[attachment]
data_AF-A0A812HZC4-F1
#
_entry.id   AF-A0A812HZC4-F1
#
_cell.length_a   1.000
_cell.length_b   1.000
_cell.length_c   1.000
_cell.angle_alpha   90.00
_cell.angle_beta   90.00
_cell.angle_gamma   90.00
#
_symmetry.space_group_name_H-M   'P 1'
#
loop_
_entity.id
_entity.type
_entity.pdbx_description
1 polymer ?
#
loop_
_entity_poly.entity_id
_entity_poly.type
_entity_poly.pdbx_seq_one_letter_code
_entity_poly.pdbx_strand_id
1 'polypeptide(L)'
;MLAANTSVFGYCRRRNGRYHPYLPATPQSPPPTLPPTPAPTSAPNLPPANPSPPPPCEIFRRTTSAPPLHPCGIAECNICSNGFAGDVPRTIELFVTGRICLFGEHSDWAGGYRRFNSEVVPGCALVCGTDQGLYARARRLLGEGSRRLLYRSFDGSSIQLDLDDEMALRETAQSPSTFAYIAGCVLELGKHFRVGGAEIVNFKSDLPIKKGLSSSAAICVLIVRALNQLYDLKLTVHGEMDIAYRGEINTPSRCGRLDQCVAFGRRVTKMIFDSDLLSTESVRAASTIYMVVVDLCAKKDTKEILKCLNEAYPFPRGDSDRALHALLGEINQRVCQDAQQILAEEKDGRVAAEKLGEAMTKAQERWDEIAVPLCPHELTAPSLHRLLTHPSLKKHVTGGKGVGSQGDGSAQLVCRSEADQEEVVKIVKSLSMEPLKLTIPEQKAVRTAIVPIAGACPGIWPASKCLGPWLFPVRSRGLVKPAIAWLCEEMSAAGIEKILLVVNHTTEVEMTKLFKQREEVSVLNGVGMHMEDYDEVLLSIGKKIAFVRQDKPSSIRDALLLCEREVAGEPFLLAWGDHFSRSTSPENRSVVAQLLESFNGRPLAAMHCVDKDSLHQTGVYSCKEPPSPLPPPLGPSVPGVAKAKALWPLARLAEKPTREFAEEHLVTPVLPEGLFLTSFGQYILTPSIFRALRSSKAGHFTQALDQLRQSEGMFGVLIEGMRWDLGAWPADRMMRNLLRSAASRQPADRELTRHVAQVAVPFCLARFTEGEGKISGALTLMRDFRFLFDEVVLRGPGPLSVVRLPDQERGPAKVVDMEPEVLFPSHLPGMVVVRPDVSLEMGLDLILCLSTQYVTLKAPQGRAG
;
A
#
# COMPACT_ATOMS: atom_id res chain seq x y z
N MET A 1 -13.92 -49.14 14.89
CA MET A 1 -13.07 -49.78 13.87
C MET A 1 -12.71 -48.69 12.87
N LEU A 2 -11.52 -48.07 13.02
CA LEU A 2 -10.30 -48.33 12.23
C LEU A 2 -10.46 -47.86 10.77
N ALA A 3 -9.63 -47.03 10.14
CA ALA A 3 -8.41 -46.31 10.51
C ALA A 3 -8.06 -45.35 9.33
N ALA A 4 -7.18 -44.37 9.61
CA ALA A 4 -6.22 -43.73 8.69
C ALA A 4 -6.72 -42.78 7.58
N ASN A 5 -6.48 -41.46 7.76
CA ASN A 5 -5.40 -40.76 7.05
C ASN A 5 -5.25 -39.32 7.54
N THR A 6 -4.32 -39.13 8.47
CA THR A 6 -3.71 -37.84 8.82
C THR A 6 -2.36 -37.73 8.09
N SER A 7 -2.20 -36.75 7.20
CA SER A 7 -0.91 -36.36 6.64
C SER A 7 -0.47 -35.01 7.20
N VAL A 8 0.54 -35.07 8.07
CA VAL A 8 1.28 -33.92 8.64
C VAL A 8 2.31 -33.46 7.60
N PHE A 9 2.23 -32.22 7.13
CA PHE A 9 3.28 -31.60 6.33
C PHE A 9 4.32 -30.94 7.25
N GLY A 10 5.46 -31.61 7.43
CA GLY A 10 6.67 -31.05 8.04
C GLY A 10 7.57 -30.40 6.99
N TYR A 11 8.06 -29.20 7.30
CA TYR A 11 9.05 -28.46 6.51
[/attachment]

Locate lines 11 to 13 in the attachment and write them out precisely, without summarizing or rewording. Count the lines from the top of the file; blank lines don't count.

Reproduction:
#
_symmetry.space_group_name_H-M   'P 1'
#